I have to start with the lizards. In case you don't know this, little lizards run around everywhere in Florida. They sit on rocks, on window screens. They cling and hang upside down on signposts or tree trunks. They'll dart out of the way as you walk past. Sometimes, if you approach them slowly, they'll do this neck-flare thing. They have a secret flap of skin under their chins and they'll inflate this thing. It doesn't blow up like a bubble but it unfolds more like a wing or a sail of a ship. On some lizards, this flap is red in the center, and on others, it's orange or a yellow-orange.
So I want to know, what is the name of these lizards, what do they eat, what's that flap thing called and what's it for, and what do they do when we're not looking?
This lizard is hanging onto the tree, hoping we don't see him, hoping we'll go away
(Photo from Todd Campbell's page)
- These types of lizards are called Anoles (pronounced uh-no-lees). The most common are the Brown Anoles. Green anoles live higher up in the trees and have become less common.
- Anoles can change their color, but unlike chameleons, they don't change color based on what they're standing on. Their color varies depending on the temperature or their mood, and it takes a bit longer for their color to change.
A green anole, showing its magic flap
(Photo from Cerci's Journal)
- Anoles are usually about 5 to 8 inches long. They have long, thin tails that they can abandon pretty easily, and the tails will continue to wriggle on the ground to confuse or entertain would-be predators while the anoles escape.
- They have little toe-pads at the end of their long, slender toes, which help them to climb and cling to surfaces that appear to be quite smooth.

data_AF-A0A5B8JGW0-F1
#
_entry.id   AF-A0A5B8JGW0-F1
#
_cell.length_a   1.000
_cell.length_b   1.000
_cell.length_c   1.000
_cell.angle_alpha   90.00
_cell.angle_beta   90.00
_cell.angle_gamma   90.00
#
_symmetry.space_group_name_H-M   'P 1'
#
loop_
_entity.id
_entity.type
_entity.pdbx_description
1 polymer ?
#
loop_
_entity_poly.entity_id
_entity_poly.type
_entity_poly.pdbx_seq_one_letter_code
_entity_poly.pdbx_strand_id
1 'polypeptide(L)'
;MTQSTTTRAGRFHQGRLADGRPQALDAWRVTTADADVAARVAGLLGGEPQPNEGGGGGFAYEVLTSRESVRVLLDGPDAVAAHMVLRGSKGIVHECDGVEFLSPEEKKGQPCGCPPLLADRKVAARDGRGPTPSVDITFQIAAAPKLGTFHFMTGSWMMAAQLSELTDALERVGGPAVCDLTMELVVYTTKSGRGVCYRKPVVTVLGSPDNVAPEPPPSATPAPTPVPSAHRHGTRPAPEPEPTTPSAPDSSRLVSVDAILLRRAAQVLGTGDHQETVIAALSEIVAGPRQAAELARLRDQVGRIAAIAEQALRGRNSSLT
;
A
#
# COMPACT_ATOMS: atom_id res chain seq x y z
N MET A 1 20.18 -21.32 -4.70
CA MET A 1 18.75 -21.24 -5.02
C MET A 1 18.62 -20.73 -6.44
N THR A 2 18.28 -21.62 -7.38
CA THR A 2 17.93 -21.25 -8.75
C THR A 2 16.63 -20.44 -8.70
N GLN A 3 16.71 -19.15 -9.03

- Anoles eat little bugs. Sometimes they eat wood roaches or other bugs that can be almost as large as they are. They are sometimes recruited into a yard to help gardeners get rid of pesky insects, though they probably don't consume enough mosquitoes or roaches for people to notice a real difference.
Green anole eating a dronefly
(Photo from Wikimedia)
- Males tend to hang out in visible places, like on the sides of tree trunks or the sides of rocks. Females tend to stay hidden under vegetation or near large rocks.
- Males can afford to be more visible because they have bigger dewlaps. That's right, I said dewlaps. That's what the neck flap thing is called (it's also sometimes called a throat fan). There's a flexible rod of cartilage in the outer ridge of it, and when the anole flexes the cartilage, the dewlap swings into view.
Brown anole with dewlap displayed
(Photo from a blog called Resurgemus)
- The anole will often bob or bounce its head a few times and maybe throw in a couple push-ups just prior to swinging out its dew lap.
- Males display the dewlap to defend their territory, trying to scare off other creatures by flashing the warning red color. They also display the dewlap during courtship.
- The color of the dewlap can change, depending on temperature, time of day, or if the anole is feeling especially ticked off or amorous.
- Anoles came from Cuba and other parts of the Caribbean and were introduced in Florida in the late 1800's. They have since spread from Florida into Georgia and are working their way into other neighboring states. They have been seen hitching rides on the undercarriages of cars, on boats, and even on windshield wipers.
- Their prevalence notwithstanding, they do have many predators, especially cats, snakes, birds, and small children who try to catch them. I guess it doesn't have to be children who try to catch them, because I tried a couple times (and failed; they were too quick for me).
- If an anole gets in your house, the safest way to catch it is to corner and trap it in your hands as gently as possible. The anole will try to look fierce to scare you away, but it's only 5 inches long, is not venomous, and has only little bitty things for teeth. Just drop it back outside and it'll scurry off, glad to get away from you.
- It's best not to keep anoles as pets. They're wild animals and are happier trapping bugs out in the yard where they can find them on their own.
Brown anole, relaxing in grassy comfort
(Photo from Answers.com)
Florida Gardener, Florida Garden Critters, Green Anole and Cuban Brown Anole
Institute for Biological Invasions, The Brown Anole, by Todd Campbell
Howard Youth, "Florida's Creeping Crawlers," Zoogoer, Smithsonian National Zoological Park, May-June 2005